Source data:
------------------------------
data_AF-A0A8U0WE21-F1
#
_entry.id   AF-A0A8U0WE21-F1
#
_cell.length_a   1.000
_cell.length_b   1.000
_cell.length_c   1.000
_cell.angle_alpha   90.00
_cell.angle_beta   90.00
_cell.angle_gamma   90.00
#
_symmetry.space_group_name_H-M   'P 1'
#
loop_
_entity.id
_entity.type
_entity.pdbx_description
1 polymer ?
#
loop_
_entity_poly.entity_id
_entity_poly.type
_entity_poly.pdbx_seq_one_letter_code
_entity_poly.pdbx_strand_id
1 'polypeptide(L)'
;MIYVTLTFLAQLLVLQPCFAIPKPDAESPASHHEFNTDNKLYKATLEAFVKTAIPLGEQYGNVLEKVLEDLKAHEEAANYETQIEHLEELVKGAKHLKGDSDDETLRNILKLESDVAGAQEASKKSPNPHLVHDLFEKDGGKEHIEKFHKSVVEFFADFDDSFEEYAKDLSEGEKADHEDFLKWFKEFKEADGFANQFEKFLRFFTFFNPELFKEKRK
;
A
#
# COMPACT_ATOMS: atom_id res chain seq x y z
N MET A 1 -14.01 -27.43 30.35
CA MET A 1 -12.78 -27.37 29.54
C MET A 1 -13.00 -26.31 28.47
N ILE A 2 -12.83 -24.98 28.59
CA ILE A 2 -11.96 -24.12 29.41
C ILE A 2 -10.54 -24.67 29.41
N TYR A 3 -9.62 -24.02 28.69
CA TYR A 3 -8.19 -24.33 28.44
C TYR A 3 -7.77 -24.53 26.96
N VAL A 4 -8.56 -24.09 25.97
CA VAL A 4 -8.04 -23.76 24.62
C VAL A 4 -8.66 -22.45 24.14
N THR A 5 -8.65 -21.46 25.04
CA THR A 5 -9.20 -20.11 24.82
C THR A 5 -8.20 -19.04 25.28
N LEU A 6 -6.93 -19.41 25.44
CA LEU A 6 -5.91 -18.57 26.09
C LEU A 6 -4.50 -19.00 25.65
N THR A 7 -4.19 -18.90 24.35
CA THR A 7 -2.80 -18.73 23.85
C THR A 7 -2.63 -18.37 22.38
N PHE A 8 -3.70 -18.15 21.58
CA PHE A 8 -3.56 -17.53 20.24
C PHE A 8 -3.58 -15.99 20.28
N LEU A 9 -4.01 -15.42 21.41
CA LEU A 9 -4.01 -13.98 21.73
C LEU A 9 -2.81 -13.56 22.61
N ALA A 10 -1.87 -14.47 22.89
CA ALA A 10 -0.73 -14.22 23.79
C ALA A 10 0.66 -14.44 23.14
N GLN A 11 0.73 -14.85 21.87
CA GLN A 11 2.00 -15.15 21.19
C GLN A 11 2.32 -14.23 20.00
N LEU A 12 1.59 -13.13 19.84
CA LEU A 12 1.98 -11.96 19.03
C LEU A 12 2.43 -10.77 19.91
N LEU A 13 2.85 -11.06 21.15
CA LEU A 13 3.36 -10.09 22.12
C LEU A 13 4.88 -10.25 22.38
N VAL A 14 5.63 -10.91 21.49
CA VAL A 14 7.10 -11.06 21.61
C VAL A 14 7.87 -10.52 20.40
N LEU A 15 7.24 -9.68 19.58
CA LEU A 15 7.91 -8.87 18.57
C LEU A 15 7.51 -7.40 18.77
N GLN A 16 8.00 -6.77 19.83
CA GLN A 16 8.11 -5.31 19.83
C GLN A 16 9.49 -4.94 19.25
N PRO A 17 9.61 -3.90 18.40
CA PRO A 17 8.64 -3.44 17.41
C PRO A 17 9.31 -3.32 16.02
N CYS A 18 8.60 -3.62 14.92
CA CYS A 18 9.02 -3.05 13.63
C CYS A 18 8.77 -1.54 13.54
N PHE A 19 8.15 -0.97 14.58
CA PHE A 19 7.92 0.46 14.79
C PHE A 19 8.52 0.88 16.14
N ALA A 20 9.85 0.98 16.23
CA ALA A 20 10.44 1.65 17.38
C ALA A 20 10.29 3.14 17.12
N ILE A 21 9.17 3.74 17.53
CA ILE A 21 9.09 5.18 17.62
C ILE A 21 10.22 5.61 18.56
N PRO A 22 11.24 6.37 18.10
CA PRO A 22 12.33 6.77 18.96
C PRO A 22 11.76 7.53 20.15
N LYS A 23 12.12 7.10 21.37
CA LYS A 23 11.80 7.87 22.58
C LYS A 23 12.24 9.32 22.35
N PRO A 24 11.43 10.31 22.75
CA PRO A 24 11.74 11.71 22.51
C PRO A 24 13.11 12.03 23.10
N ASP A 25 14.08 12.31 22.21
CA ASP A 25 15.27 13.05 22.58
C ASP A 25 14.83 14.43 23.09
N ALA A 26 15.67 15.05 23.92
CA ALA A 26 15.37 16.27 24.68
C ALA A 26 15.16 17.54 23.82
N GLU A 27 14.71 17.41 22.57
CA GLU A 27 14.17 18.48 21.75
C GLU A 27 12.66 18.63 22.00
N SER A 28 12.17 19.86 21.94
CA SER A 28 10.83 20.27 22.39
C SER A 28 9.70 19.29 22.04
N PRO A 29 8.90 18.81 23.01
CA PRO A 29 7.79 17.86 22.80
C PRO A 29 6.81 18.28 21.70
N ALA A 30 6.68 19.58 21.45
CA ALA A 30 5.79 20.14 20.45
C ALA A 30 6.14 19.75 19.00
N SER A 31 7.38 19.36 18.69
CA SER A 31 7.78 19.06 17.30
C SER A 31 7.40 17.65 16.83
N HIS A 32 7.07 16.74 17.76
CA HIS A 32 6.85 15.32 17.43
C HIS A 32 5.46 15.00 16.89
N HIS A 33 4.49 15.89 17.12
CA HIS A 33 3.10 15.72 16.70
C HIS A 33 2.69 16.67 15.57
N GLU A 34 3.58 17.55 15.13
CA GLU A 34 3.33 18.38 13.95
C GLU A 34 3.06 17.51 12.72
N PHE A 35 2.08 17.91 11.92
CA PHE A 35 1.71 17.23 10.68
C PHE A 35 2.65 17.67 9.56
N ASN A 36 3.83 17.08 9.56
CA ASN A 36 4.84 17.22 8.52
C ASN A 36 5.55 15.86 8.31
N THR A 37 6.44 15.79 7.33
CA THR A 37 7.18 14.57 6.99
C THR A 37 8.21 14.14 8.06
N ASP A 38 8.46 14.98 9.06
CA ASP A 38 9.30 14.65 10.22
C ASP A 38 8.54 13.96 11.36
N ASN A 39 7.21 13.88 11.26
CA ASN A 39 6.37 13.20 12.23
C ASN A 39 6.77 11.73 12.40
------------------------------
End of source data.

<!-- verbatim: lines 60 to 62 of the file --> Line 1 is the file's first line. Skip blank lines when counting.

C ALA A 10 0.66 -14.44 23.14
N GLN A 11 0.73 -14.85 21.87
CA GLN A 11 2.00 -15.15 21.19